Hi guys! I am alive and well. I haven’t posted here in a little while for a few reasons: I was traveling for work last week, had a fun COVID scare (negative), and was then deep in the vortex of college applications. Also, I have been a little stalled on the book front. I have a print book, an audiobook and a blow dry book going, and while I am enjoying each of them, none of them is in the I-can’t-do-anything-except-read-this-book category. I made the bold move today of switching the audio and the print books, so now I am listening to what I was formerly reading, and vice versa. I don’t know what prompted me to do that, but I can already see it making a difference. So hopefully I will be past this little slump soon. Sadly, I am seeing my 70 book reading goal for 2021 slipping away – I am just too far behind to recover in the next two months, especially with more travel, holidays, and college applications looming on the horizon before 2021 closes out.
One thing I DID manage to do was watch the movie version of News of the World, the book I read for the book vs movie pairing of the 2021 Everyday I Write The Book Reading Challenge. The movie version stars Tom Hanks as Captain Kidd, the older man who goes around Texas reading from the newspaper to audiences in the years following the Civil War, and who is entrusted with a 10 year-old girl who needs to be transported back to relatives after being rescued from the Indian tribe who captured her four years earlier. Helena Zengel plays Johanna, the girl who at first seems feral, but later grows to trust Captain Kidd and learns to communicate with him and the white community she was once part of.
The adaptation of News Of The World is pretty faithful to the book. There are some plot differences between the two – he has grown daughters in the book that are never mentioned in the movie, and the circumstances surrounding his distance from his wife are different in the movie. There is also a freed slave – the man who entrusts Johanna to Kidd – who is alive at the start of the book but is found hanging from a tree when the movie opens. This seemed gratuitous to me. I enjoyed a short but satisfying epilogue in the book that is missing entirely from the movie as well.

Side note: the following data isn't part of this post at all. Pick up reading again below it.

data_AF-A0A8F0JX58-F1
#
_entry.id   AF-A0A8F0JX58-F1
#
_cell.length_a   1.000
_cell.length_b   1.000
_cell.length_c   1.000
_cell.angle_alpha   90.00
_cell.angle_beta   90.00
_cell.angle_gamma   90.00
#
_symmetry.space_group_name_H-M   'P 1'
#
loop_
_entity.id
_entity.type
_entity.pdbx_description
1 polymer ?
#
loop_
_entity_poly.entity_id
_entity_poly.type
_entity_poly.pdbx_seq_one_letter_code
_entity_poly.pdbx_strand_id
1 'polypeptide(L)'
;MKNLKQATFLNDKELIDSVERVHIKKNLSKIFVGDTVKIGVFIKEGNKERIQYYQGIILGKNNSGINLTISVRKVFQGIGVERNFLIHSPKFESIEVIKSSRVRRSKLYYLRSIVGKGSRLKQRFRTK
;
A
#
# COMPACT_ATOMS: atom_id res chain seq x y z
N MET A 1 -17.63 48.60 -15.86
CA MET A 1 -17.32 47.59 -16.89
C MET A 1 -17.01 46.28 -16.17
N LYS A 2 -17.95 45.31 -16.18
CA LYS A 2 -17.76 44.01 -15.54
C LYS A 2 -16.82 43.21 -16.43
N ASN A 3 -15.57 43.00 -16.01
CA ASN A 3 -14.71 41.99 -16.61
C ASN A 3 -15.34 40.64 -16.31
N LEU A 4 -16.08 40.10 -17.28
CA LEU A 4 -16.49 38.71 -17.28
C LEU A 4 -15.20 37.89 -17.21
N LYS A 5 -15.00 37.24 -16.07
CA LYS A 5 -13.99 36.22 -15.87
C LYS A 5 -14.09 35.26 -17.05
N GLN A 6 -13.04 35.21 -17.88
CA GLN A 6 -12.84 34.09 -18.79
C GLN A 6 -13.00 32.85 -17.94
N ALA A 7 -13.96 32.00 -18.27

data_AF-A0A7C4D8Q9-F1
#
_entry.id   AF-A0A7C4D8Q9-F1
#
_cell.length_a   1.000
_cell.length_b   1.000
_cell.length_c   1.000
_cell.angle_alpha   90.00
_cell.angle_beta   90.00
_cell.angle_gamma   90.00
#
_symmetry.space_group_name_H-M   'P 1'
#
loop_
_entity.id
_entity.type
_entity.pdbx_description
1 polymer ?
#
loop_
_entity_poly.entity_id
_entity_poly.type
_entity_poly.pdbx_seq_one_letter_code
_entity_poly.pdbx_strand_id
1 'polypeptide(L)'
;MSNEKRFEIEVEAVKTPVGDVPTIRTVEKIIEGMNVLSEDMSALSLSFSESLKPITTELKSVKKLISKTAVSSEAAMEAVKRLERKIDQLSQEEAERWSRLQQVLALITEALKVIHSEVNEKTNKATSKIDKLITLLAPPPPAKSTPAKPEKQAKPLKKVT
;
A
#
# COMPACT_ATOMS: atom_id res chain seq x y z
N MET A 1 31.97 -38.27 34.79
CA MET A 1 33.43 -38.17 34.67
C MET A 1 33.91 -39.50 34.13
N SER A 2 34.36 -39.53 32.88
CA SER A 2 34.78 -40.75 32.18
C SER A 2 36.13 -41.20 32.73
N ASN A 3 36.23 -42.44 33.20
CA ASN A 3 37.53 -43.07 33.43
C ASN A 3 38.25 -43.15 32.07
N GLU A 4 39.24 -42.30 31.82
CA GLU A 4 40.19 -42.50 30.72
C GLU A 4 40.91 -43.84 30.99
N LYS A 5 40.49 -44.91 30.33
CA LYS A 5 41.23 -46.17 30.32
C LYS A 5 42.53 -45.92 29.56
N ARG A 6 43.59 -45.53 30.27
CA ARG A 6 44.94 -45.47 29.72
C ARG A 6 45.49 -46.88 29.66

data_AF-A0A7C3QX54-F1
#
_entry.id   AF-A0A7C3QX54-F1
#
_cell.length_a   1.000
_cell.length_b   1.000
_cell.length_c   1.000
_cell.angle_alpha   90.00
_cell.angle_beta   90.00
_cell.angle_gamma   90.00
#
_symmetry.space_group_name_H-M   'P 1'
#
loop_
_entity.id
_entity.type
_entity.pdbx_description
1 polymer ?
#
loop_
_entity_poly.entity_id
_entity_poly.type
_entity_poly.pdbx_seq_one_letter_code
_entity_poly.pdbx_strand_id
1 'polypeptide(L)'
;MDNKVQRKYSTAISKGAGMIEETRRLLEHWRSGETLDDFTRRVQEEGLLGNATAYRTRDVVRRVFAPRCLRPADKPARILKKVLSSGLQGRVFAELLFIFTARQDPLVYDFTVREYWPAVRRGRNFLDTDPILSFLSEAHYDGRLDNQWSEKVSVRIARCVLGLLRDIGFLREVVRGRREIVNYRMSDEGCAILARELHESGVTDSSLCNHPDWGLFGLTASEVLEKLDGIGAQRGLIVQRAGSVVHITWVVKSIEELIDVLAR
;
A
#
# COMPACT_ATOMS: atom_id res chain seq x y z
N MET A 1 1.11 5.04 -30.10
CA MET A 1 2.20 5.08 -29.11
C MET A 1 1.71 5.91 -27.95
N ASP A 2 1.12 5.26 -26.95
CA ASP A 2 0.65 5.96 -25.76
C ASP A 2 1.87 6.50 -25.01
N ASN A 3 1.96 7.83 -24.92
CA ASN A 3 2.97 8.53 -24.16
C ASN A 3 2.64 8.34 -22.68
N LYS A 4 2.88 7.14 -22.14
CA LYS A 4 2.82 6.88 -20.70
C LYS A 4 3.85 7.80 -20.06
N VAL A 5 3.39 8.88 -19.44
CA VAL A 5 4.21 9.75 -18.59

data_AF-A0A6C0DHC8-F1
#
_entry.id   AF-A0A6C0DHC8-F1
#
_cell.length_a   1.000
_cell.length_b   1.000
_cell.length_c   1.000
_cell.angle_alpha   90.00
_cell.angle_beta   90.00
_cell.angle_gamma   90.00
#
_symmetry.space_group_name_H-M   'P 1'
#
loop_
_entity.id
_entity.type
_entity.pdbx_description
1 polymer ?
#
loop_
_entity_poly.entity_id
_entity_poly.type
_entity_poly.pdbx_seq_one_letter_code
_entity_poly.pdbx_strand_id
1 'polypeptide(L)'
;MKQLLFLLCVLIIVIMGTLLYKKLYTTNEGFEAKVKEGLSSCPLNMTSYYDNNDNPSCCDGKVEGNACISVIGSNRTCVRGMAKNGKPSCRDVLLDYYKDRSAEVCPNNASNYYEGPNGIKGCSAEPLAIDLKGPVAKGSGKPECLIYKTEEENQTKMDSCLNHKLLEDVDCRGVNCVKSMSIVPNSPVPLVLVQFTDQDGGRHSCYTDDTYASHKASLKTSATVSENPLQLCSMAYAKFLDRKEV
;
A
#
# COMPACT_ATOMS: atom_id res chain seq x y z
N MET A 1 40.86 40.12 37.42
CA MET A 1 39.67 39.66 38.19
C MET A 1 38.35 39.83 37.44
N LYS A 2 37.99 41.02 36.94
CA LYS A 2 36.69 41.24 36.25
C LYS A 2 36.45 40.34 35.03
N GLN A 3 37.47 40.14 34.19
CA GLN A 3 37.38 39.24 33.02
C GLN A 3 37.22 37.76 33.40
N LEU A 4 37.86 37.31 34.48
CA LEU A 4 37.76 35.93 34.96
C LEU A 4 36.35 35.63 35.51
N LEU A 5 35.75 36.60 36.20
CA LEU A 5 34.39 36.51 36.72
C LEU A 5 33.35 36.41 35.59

The movie, on the other hand, has the benefit of sweeping cinematography and arresting visual scenes of North Texas and the physical ardor of the unlikely pair’s journey. The movie version of News Of The World is scarier, as violent crowds and a gunfight in the mountains are much more menacing when they play out in front of your eyes instead of in your head. Kidd and Johanna go from one danger to the next, and the movie hardly takes a break to let them breathe a sigh of relief. Meanwhile, the book allows the relationship between the two to evolve more slowly, which is ultimately more convincing. I got a better sense in the book of how Kidd becomes so fond and protective of Johanna. There are also some funny moments in the book, mostly courtesy of Kidd’s sly humor, that are completely lost in the movie script. The movie of News Of The World is essentially joyless, which is not how I felt about the book. The acting is very good (I mean, it’s Tom Hanks), but it’s not a movie you’d want to watch again.
Ok, hopefully I’ll rebound from my week+ of not reading and get some reviews up soon.